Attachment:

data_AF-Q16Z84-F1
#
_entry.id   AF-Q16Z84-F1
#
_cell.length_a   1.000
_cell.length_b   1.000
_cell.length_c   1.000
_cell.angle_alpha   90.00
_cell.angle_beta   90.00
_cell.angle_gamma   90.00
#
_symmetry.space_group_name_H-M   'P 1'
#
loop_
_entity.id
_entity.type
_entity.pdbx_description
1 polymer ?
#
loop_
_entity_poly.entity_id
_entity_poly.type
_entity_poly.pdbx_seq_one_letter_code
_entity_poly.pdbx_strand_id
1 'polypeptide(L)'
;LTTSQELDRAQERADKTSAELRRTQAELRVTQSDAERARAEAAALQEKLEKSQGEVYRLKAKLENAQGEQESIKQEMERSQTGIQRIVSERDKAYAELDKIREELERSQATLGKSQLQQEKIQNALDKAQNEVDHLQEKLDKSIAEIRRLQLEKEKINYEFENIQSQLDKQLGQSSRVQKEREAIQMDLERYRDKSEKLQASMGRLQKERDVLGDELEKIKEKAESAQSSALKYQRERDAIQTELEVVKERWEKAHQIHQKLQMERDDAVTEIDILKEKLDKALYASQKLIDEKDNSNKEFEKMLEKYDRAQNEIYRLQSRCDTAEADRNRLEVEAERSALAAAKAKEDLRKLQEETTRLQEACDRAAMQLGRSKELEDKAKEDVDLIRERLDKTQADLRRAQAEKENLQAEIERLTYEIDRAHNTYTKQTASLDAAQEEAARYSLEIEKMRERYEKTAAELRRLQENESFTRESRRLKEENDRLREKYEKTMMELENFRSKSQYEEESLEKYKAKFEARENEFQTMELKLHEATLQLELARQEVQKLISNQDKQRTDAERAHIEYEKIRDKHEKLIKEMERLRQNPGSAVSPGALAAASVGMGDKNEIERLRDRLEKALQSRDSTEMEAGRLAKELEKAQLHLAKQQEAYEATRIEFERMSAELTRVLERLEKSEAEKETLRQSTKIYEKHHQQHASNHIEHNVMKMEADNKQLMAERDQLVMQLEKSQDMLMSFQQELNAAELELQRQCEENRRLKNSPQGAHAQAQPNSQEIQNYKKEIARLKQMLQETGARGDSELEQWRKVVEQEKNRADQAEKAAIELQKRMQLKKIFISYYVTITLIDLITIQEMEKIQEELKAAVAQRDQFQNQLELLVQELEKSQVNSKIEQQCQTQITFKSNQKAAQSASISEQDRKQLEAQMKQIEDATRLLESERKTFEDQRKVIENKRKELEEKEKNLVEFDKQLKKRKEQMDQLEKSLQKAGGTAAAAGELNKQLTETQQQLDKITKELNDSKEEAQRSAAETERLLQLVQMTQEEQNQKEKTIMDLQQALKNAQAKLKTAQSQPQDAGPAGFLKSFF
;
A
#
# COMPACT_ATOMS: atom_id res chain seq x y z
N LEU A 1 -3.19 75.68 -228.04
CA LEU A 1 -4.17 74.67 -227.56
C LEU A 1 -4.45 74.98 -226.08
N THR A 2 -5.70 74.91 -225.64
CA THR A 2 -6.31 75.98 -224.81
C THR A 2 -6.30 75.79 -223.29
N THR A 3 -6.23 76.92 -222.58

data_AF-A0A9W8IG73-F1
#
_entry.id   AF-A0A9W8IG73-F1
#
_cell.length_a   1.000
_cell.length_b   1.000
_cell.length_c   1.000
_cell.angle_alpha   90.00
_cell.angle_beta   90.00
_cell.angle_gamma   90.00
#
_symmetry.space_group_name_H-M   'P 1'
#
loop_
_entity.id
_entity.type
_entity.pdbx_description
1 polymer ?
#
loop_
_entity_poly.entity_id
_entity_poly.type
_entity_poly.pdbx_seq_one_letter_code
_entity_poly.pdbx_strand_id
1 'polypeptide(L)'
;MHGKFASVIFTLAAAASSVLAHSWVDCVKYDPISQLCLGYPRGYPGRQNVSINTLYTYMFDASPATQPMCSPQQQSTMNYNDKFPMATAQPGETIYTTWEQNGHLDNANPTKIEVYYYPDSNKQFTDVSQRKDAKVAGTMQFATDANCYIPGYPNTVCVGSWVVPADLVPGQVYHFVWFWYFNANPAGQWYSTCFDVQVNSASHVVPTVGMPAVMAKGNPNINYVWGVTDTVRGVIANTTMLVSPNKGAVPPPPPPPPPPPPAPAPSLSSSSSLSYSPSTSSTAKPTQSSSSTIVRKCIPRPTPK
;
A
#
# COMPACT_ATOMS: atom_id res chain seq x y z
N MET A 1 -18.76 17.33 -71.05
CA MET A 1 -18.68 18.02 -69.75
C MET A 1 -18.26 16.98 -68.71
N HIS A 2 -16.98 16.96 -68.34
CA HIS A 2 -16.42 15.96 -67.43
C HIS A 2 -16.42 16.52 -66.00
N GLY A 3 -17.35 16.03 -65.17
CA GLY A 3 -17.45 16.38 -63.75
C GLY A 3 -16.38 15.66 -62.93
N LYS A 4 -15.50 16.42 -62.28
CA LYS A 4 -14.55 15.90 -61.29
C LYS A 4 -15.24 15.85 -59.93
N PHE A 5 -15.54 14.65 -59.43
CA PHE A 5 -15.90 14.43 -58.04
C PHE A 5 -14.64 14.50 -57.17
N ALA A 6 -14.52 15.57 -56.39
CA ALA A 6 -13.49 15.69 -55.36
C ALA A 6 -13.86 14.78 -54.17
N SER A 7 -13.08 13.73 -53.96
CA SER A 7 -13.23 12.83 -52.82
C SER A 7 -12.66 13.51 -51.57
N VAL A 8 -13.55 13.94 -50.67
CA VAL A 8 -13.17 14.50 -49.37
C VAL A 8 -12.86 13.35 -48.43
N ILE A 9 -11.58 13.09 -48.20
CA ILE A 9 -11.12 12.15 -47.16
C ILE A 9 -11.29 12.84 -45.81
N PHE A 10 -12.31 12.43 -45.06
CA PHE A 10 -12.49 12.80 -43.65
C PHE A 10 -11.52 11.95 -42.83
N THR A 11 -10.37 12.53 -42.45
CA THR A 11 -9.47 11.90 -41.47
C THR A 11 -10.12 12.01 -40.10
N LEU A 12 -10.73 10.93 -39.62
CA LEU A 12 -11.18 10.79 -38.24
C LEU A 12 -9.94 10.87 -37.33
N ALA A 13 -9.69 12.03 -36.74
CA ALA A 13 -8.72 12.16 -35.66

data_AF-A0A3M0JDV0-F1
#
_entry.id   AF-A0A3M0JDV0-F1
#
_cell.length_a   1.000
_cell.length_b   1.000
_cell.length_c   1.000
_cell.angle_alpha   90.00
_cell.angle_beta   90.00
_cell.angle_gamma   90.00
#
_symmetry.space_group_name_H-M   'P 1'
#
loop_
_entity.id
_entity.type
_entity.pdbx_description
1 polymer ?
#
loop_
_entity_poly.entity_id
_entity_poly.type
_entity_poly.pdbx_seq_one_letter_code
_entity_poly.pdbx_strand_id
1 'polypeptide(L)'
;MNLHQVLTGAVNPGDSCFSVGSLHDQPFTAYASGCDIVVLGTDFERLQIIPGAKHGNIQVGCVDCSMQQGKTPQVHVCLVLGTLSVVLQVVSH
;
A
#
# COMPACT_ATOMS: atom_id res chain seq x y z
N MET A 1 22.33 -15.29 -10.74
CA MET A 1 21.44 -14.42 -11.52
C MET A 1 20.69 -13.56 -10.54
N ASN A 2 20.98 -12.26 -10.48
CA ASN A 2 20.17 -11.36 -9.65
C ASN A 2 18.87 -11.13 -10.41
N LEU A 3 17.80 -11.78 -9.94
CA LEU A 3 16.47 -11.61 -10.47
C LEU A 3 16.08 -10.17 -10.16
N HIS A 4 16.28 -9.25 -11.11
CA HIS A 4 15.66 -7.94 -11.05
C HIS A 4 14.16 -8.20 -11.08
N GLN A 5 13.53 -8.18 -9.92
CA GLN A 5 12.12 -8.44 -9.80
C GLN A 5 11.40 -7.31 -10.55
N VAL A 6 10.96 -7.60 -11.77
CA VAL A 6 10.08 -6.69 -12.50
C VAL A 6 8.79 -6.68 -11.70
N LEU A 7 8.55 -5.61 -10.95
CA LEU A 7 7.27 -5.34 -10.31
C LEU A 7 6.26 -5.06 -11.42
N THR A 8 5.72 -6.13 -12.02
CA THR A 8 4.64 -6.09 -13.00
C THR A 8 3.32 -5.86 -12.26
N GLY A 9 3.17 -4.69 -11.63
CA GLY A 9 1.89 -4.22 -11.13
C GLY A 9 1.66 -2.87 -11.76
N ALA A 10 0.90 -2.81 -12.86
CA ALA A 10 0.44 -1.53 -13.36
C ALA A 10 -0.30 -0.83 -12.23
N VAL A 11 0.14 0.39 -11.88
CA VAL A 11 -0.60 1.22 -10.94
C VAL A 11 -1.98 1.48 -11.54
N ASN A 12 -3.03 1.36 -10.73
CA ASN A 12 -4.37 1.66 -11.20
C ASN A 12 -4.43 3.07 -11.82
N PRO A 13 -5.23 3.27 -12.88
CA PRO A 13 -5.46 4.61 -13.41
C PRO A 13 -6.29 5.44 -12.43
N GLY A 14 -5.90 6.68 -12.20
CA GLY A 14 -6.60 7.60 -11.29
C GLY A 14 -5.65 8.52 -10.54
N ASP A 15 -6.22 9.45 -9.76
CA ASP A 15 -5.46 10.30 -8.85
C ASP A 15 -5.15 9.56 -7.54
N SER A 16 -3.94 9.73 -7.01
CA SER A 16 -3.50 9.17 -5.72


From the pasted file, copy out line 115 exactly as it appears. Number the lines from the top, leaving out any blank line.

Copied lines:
_cell.angle_gamma   90.00